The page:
Data privacy is the branch of data management that deals with handling data in compliance with data protection laws and regulations and general privacy best practices.

Practically speaking, data privacy involves setting access controls to protect information from unauthorized parties, getting consent from data subjects when necessary, and maintaining data integrity

Data privacy needs to be a top priority for businesses. Failure to comply with data privacy regulations can lead to legal action, financial penalties, and loss of brand reputation.

Ensuring data privacy is part of the larger topic of data governance, a process that requires organizations to know what data they have, where it’s stored, how it flows through their IT systems, and how it’s used. Data governance best practices allow organizations to maintain data integrity, which in turn helps them have trust in their data.

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Personal data protection

Any data may be sensitive — a company’s earnings information, for instance, or sales figures. Among the most sensitive data is information about people — personal data about any identified or identifiable individual. Personally identifiable information (PII) can include something as obvious as a name or Social Security number, or another identifier such as an IP address or cookie information. If it’s possible to identify an individual based on a data field or record, that data is considered personal data.

All personal data is subject to data privacy laws in more than 90 countries worldwide.

GDPR and other data regulations

Data privacy laws specify how data should be collected, stored, and shared with third parties. The most widely discussed data privacy laws include:

GDPR: The European Union’s General Data Protection Regulation (GDPR) is the most comprehensive data privacy law in effect. It applies to European Union citizens and all companies that do business with them, including countries not based in Europe. It gives individuals the right to determine what data organizations store, request they delete data, and receive notifications of data breaches. Noncompliance may result in hefty fines and legal action.

CCPA: Designed to protect the personal data of California residents, the California Consumer Privacy Act (CCPA) enables residents to ask organizations what personal data they have stored on them, delete it on request, and find out what data has been given to third parties. These measures apply to data gathered within the state.

You can read more about data privacy laws worldwide in the white paper GDPR, CCPA, and beyond: 16 practical steps to global data privacy compliance with Talend.

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Data privacy vs. data security

Data privacy is related to, but not the same as, data security. To be sure, they have some overlapping obligations:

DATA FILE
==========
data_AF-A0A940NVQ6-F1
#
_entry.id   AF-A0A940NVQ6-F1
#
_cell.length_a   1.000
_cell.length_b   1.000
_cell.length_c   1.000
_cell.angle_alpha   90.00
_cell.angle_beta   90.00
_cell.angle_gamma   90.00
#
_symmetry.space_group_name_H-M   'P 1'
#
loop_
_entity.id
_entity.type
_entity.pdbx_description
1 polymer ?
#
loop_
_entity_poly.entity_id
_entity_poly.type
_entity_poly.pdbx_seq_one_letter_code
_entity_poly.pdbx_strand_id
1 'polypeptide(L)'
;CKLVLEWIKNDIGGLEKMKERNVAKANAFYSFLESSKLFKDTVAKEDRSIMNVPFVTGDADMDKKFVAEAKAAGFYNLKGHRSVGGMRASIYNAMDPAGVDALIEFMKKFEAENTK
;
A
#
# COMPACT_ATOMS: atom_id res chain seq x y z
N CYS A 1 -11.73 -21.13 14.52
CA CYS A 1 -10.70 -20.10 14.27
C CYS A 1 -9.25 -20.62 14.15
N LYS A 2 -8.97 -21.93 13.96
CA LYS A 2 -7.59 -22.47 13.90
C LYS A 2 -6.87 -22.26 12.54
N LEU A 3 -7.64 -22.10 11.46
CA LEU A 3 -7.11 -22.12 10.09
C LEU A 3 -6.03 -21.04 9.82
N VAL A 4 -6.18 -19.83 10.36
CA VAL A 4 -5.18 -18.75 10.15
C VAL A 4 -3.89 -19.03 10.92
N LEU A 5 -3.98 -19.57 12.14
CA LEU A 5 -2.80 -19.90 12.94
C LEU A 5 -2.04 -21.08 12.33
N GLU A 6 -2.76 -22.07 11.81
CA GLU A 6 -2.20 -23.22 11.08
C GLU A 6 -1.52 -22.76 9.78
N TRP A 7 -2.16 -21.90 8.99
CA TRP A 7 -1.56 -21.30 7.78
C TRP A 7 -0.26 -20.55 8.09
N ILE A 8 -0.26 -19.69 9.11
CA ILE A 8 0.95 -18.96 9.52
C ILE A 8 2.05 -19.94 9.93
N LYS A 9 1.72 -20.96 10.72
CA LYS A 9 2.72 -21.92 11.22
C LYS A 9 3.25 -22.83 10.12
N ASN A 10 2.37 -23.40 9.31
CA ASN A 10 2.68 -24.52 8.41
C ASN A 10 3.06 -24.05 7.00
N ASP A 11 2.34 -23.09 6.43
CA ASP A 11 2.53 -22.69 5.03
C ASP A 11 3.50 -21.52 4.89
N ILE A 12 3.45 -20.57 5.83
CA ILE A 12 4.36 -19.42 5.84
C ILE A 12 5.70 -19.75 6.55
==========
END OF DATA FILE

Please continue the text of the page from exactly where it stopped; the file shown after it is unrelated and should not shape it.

• Access control: Authorized access to and use of data is the cornerstone of privacy, and possible only through security.
  • Accuracy and integrity of the data: Making sure that data is accurate and not altered is both a privacy and a security concern.
  • Accountability: Company policies relating to data should document both privacy and security

But privacy and security have different emphases. Data security is concerned with assuring the confidentiality, integrity, and availability of data. Security professionals are tasked with implementing cybersecurity measures such as authorization, data encryption, preventing data breaches, and defending against malicious attacks.

Data privacy, by contrast, focuses on how and to what extent businesses may collect and process information about individuals. Privacy rules determine what types of PII may be collected, about whom, and what can be done with it. Businesses must ensure that only the appropriate access rights are granted to people in the organization, to partners with which they share data, and to the general public. Data privacy officers can also preserve data privacy by anonymizing personally identifiable data for those who lack the need or rights to view it.

Privacy encompasses a wider set of obligations than security, which include awareness of the purpose, collection, and storage of data, and awareness of transparency, openness, lawfulness, fairness, and even accuracy.

But security goes beyond privacy, in that it applies to all type of information, including PII. And the question of whether data is PII is relevant from a security standpoint, as it determines the level of security applicable; PII requires the highest security standard.

One could say that privacy needs security — there is no privacy without security — but security doesn’t need privacy.

How Talend facilitates data privacy

Talend Data Fabric is an important tool for businesses who want a software platform for managing data privacy. It lets companies securely administer data regardless of whether the data is in the cloud or on premises. Talend Data Fabric enables businesses to keep their data in compliance with data privacy, data security, and data governance best practices, laws, and regulations. It lets organizations classify data as PII and secure and restrict its access. Try it for free and see how Talend Data Fabric can aid your data privacy practices.